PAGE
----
2 1 1 .625 1.0 97 95 1-1-0 1-0-1 1-0-1 0-0-0 1 L
3 2 0 .600 1.0 87 69 1-1-0 2-1-0 2-1-0 1-1-0 1 L
3 2 0 .600 1.0 112 73 2-0-0 1-2-0 2-2-0 0-2-0 1 W
South Division
W L T Pct GB PF PA Home Road vs. Conf vs. Div Streak
4 1 0 .800 0.0 115 116 3-0-0 1-1-0 3-1-0 1-0-0 3 W
3 2 0 .600 1.0 129 107 1-2-0 2-0-0 1-2-0 0-1-0 3 W
2 3 0 .400 2.0 147 148 0-2-0 2-1-0 2-3-0 1-1-0 1 L
1 4 0 .200 3.0 102 152 1-1-0 0-3-0 1-1-0 0-0-0 3 L



Eastern Conference
GP W L OTL Pts ROW GF GA Home Road L10
Carolina Hurricanes 3 3 0 0 6 2 11 8 2-0-0 1-0-0 3-0-0
Toronto Maple Leafs 3 2 0 1 5 2 14 10 1-0-1 1-0-0 2-0-1
Washington Capitals 3 2 0 1 5 2 7 6 0-0-1 2-0-0 2-0-1
Buffalo Sabres 2 2 0 0 4 2 10 3 1-0-0 1-0-0 2-0-0
New York Rangers 2 2 0 0 4 2 10 5 1-0-0 1-0-0 2-0-0
Detroit Red Wings 2 2 0 0 4 2 9 6 1-0-0 1-0-0 2-0-0
Boston Bruins 2 2 0 0 4 2 3 1 2-0-0 2-0-0
Montreal Canadiens 2 1 0 1 3 0 9 9 1-0-1 1-0-1

Tampa Bay Lightning 3 1 1 1 3 1 11 10 1-0-0 0-1-1 1-1-1
10 Philadelphia Flyers 1 1 0 0 2 1 4 3 1-0-0 1-0-0
11 Pittsburgh Penguins 2 1 1 0 2 1 8 5 1-1-0 1-1-0
12 New York Islanders 2 1 1 0 2 1 5 3 1-1-0 1-1-0
13 Florida Panthers 2 1 1 0 2 1 6 8 1-0-0 0-1-0 1-1-0
14 New Jersey Devils 2 0 1 1 1 0 6 12 0-0-1 0-1-0 0-1-1
15 Ottawa Senators 2 0 2 0 0 0 4 9 0-1-0 0-1-0 0-2-0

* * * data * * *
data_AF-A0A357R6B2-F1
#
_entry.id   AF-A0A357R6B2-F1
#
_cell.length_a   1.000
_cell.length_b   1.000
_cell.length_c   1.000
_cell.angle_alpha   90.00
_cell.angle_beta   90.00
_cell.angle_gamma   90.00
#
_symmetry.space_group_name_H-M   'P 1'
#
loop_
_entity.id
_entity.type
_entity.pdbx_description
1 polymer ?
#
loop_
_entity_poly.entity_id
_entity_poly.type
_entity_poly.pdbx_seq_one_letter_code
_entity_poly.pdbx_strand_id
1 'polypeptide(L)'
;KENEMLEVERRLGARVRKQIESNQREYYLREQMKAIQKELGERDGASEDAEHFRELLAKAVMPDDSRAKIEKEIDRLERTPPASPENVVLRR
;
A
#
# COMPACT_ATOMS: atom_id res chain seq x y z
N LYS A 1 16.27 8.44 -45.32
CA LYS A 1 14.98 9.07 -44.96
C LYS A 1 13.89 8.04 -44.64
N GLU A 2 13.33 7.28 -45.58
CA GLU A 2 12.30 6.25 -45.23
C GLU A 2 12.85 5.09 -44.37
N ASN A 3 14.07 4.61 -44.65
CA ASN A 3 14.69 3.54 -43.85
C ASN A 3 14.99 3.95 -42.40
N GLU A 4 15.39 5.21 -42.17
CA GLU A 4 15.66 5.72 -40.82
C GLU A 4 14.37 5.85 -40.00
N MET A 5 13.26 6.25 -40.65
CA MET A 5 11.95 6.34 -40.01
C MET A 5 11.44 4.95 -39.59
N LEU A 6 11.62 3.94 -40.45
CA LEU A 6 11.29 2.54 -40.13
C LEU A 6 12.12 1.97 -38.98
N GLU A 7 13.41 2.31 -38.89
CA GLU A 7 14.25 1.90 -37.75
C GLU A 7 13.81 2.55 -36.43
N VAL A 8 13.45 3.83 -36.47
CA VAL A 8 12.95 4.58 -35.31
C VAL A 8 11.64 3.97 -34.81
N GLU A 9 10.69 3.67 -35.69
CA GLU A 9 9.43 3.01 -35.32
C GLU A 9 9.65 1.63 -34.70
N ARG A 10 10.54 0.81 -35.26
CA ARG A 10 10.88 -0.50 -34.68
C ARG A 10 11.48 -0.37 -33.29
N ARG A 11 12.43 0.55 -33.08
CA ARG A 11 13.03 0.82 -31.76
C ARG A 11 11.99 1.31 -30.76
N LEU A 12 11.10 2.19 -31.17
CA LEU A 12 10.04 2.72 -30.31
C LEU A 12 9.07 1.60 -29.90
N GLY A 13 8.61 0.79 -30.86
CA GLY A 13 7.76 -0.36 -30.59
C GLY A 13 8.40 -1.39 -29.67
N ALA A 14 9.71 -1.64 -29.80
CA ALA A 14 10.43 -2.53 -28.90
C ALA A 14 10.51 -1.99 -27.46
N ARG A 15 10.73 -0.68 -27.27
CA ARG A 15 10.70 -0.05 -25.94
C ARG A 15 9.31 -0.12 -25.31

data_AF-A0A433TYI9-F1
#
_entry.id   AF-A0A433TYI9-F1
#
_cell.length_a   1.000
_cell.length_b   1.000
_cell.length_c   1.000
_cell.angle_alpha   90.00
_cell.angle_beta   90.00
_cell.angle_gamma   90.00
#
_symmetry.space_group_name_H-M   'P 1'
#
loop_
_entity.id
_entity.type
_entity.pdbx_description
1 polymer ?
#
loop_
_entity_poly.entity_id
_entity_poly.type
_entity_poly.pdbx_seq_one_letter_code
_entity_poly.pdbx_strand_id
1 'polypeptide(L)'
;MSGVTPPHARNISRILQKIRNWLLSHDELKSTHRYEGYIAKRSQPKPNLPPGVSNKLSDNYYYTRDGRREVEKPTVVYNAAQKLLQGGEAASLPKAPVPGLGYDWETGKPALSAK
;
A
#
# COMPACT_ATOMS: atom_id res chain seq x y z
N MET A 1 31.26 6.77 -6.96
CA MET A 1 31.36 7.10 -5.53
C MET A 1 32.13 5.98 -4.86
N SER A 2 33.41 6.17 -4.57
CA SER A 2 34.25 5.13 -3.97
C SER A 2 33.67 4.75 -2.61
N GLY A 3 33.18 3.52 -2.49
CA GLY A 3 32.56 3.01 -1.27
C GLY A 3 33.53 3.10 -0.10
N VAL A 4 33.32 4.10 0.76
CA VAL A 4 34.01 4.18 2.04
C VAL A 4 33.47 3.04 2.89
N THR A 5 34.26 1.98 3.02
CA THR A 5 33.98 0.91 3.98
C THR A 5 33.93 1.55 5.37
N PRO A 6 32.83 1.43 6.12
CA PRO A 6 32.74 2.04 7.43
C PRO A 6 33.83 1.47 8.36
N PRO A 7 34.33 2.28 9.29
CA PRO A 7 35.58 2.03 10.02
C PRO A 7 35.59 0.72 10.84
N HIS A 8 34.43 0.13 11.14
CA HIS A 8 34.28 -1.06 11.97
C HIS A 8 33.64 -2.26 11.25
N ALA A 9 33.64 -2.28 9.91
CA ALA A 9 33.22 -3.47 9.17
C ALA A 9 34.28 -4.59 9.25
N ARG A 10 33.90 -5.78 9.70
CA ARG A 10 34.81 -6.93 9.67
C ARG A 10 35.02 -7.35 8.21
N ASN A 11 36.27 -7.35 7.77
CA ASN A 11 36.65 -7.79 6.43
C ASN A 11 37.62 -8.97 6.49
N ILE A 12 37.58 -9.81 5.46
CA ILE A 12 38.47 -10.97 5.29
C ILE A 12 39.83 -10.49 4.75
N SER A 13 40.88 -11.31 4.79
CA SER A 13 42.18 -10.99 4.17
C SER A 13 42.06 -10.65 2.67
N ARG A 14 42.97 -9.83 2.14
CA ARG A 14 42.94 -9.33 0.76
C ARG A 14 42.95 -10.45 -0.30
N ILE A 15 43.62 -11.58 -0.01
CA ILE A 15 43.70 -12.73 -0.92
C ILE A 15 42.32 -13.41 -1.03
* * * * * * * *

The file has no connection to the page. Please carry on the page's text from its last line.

16 Columbus Blue Jackets 2 0 2 0 0 0 3 11 0-1-0 0-1-0 0-2-0
Western Conference
GP W L OTL Pts ROW GF GA Home Road L10
Colorado Avalanche 2 2 0 0 4 2 9 5 2-0-0 2-0-0
Anaheim Ducks 2 2 0 0 4 2 5 2 2-0-0 2-0-0
Vegas Golden Knights 2 2 0 0 4 2 9 2 1-0-0 1-0-0 2-0-0
Edmonton Oilers 2 2 0 0 4 2 9 7 2-0-0 2-0-0
St. Louis Blues 2 1 0 1 3 1 5 5 1-0-1 1-0-1
Nashville Predators 2 1 1 0 2 1 8 7 1-1-0 1-1-0
Calgary Flames 2 1 1 0 2 1 6 5 1-0-0 0-1-0 1-1-0
Winnipeg Jets 3 1 2 0 2 0 10 14 1-2-0 1-2-0

Chicago Blackhawks 1 0 1 0 0 0 3 4 0-1-0 0-1-0
10 Los Angeles Kings 1 0 1 0 0 0 5 6 0-1-0 0-1-0
11 Arizona Coyotes 2 0 2 0 0 0 1 3 0-1-0 0-1-0 0-2-0
12 Vancouver Canucks 2 0 2 0 0 0 2 6 0-2-0 0-2-0
13 Minnesota Wild 2 0 2 0 0 0 4 9 0-2-0 0-2-0
14 Dallas Stars 3 0 3 0 0 0 6 9 0-1-0 0-2-0 0-3-0
15 San Jose Sharks 3 0 3 0 0 0 3 12 0-1-0 0-2-0 0-3-0



Team GP W D L GF GA GD Home Away PTS
y – New York City FC 34 18 10 6 63 42 21 11-5-1 7-5-5 64
x – Atlanta 34 18 4 12 58 43 15 12-3-2 6-1-10 58
x – Philadelphia 34 16 7 11 58 50 8 10-4-3 6-3-8 55
x – Toronto FC 34 13 11 10 57 52 5 9-4-4 4-7-6 50
x – D.C. 34 13 11 10 42 38 4 7-6-4 6-5-6 50
x – New York 34 14 6 14 53 51 2 9-3-5 5-3-9 48
x – New England 34 11 12 11 50 57 -7 8-4-5 3-8-6 45
Chicago 34 10 12 12 55 47 8 8-7-2 2-5-10 42
Montreal 34 12 5 17 47 60 -13 8-3-6 4-2-11 41
Columbus 34 10 8 16 39 47 -8 6-5-6 4-3-10 38
Orlando City SC 34 9 10 15 44 52 -8 6-3-8 3-7-7 37
FC Cincinnati 34 6 6 22 31 75 -44 3-3-11 3-3-11 24
Team GP W D L GF GA GD Home Away PTS
y – Los Angeles FC 34 21 9 4 85 37 48 13-3-1 8-6-3 72
x – Seattle 34 16 8 10 52 49 3 11-4-2 5-4-8 56
Real Salt Lake 34 16 5 13 46 41 5 12-1-4 4-4-9 53
x – Minnesota 34 15 8 11 52 43 9 10-6-1 5-2-10 53
x – Los Angeles 34 16 3 15 58 59 -1 11-1-5 5-2-10 51
Portland 34 14 7 13 52 49 3 8-4-5 6-3-8 49
FC Dallas 34 13 9 12 54 46 8 10-6-1 3-3-11 48
San Jose 34 13 5 16 52 55 -3 10-2-5 3-3-11 44
Colorado 34 12 6 16 58 63 -5 9-2-6 3-4-10 42
Houston 34 12 4 18 49 59 -10 10-4-3 2-0-15 40
Sporting KC 34 10 8 16 49 67 -18 7-4-6 3-4-10 38
Vancouver 34 8 10 16 37 59 -22 5-5-7 3-5-9 34
X – Clinched Playoff Spot,  Y – Clinched Conference


Page Legend
GP Games Played
W Wins
D Draws
L Losses
PTS Points
GF Goals For
GA Goals Against
GD Goal Differential